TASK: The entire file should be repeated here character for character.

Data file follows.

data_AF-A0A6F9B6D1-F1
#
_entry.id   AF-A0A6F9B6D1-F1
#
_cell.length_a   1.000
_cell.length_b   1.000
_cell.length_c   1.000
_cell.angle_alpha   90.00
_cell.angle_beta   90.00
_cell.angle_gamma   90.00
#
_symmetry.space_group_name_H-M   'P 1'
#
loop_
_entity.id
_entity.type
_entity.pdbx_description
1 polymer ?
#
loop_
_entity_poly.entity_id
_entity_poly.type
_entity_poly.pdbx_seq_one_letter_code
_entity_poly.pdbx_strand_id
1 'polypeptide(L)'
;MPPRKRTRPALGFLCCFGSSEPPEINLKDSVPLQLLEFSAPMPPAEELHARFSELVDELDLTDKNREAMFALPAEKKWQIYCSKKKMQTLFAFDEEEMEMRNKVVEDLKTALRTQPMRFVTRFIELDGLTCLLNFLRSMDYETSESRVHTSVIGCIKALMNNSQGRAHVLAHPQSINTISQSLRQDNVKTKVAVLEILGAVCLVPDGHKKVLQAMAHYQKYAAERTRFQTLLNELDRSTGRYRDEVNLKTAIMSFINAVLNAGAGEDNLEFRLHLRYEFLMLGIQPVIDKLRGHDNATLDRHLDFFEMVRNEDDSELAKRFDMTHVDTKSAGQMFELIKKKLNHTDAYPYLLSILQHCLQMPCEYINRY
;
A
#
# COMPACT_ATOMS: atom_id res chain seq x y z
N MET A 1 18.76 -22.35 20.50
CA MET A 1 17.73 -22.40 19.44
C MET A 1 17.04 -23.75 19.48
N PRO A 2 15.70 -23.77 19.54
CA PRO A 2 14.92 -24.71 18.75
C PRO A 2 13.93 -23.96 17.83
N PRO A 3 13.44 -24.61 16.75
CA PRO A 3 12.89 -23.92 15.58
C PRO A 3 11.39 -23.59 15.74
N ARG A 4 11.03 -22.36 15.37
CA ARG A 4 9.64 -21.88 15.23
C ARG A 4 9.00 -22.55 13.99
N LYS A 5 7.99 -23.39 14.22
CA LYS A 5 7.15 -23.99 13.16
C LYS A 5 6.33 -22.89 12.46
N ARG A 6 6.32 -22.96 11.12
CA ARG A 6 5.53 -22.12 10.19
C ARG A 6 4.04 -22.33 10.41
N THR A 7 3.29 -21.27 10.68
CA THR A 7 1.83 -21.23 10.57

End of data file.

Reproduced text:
data_AF-A0A6F9B6D1-F1
#
_entry.id   AF-A0A6F9B6D1-F1
#
_cell.length_a   1.000
_cell.length_b   1.000
_cell.length_c   1.000
_cell.angle_alpha   90.00
_cell.angle_beta   90.00
_cell.angle_gamma   90.00
#
_symmetry.space_group_name_H-M   'P 1'
#
loop_
_entity.id
_entity.type
_entity.pdbx_description
1 polymer ?
#
loop_
_entity_poly.entity_id
_entity_poly.type
_entity_poly.pdbx_seq_one_letter_code
_entity_poly.pdbx_strand_id
1 'polypeptide(L)'
;MPPRKRTRPALGFLCCFGSSEPPEINLKDSVPLQLLEFSAPMPPAEELHARFSELVDELDLTDKNREAMFALPAEKKWQIYCSKKKMQTLFAFDEEEMEMRNKVVEDLKTALRTQPMRFVTRFIELDGLTCLLNFLRSMDYETSESRVHTSVIGCIKALMNNSQGRAHVLAHPQSINTISQSLRQDNVKTKVAVLEILGAVCLVPDGHKKVLQAMAHYQKYAAERTRFQTLLNELDRSTGRYRDEVNLKTAIMSFINAVLNAGAGEDNLEFRLHLRYEFLMLGIQPVIDKLRGHDNATLDRHLDFFEMVRNEDDSELAKRFDMTHVDTKSAGQMFELIKKKLNHTDAYPYLLSILQHCLQMPCEYINRY
;
A
#
# COMPACT_ATOMS: atom_id res chain seq x y z
N MET A 1 18.76 -22.35 20.50
CA MET A 1 17.73 -22.40 19.44
C MET A 1 17.04 -23.75 19.48
N PRO A 2 15.70 -23.77 19.54
CA PRO A 2 14.92 -24.71 18.75
C PRO A 2 13.93 -23.96 17.83
N PRO A 3 13.44 -24.61 16.75
CA PRO A 3 12.89 -23.92 15.58
C PRO A 3 11.39 -23.59 15.74
N ARG A 4 11.03 -22.36 15.37
CA ARG A 4 9.64 -21.88 15.23
C ARG A 4 9.00 -22.55 13.99
N LYS A 5 7.99 -23.39 14.22
CA LYS A 5 7.15 -23.99 13.16
C LYS A 5 6.33 -22.89 12.46
N ARG A 6 6.32 -22.96 11.12
CA ARG A 6 5.53 -22.12 10.19
C ARG A 6 4.04 -22.33 10.41
N THR A 7 3.29 -21.27 10.68
CA THR A 7 1.83 -21.23 10.57